Statins Interfere with Normal Brain Function

Wednesday, March 04, 2009
By: Byron J. Richards,
Board Certified Clinical Nutritionist

In the process of statins taking a sledgehammer to the core survival system in your liver, a building body of research is proving that statins directly lower important brain levels of cholesterol that are needed for normal nerve transmission1.  Talk about robbing Peter to pay Paul.  The longer you take a statin the less you will have to think about this problem, because you won’t be able to think very well.

Lead researcher Yeon-Kyun Shin states ““If you try to lower the cholesterol by taking medicine that is attacking the machinery of cholesterol synthesis in the liver, that medicine goes to the brain too. And then it reduces the synthesis of cholesterol which is necessary in the brain.  Our study shows there is a direct link between cholesterol and the neurotransmitter release.  And we know exactly the molecular mechanics of what happens in the cells. Cholesterol changes the shape of the protein to stimulate thinking and memory.”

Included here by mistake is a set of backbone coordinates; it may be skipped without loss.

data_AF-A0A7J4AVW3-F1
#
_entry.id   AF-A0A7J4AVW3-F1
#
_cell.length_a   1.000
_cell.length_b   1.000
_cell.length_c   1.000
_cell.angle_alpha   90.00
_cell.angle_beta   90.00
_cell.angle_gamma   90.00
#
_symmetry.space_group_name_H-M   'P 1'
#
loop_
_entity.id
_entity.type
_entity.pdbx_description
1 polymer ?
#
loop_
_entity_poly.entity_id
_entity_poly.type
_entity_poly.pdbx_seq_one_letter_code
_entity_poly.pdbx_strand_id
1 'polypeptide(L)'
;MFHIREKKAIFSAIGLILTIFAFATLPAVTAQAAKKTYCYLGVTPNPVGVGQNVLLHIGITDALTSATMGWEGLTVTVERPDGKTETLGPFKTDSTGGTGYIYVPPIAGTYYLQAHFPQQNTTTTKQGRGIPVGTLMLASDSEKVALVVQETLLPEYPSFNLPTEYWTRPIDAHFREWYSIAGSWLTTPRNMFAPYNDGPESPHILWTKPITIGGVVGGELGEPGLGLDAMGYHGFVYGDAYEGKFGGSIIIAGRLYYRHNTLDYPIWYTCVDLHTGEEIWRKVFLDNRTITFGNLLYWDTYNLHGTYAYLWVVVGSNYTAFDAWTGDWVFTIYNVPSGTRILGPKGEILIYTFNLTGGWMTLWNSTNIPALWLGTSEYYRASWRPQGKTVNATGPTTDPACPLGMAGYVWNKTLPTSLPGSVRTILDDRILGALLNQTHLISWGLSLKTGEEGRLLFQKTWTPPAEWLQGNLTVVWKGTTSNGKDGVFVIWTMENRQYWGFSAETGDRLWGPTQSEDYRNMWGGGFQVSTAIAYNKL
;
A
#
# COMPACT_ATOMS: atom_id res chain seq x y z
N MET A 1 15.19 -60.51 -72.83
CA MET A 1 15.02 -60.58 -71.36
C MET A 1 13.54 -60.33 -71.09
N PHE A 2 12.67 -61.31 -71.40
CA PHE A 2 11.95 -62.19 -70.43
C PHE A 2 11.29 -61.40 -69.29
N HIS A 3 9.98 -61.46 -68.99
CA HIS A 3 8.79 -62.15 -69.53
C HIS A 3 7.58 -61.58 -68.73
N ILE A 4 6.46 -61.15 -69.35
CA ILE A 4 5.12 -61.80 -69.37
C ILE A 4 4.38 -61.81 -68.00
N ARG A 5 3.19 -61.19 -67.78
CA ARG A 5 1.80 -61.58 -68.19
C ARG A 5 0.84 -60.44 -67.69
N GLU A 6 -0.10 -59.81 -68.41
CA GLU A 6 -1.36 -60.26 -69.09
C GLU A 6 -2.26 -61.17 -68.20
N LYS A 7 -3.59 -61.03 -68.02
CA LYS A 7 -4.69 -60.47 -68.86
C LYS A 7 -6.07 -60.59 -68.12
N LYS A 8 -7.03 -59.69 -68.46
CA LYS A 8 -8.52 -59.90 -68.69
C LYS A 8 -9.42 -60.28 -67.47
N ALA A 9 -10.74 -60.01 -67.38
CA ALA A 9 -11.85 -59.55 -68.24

The fact that statins can deactivate normal nerve transmission, and will do so gradually and progressively over time, is a major problem for anyone taking these medications.  Nerves control everything else in your body, including your heart and circulatory system.  Big Pharma and a legion of doctors are speeding the decline of health in millions of Americans.


Referenced Studies:
  1. ^ Statins Reduce Brain Cholesterol Needed for Normal Nerve Transmission    Jiansong Tong, Peter P. Borbat, Jack H. Freed, and Yeon-Kyun Shin.

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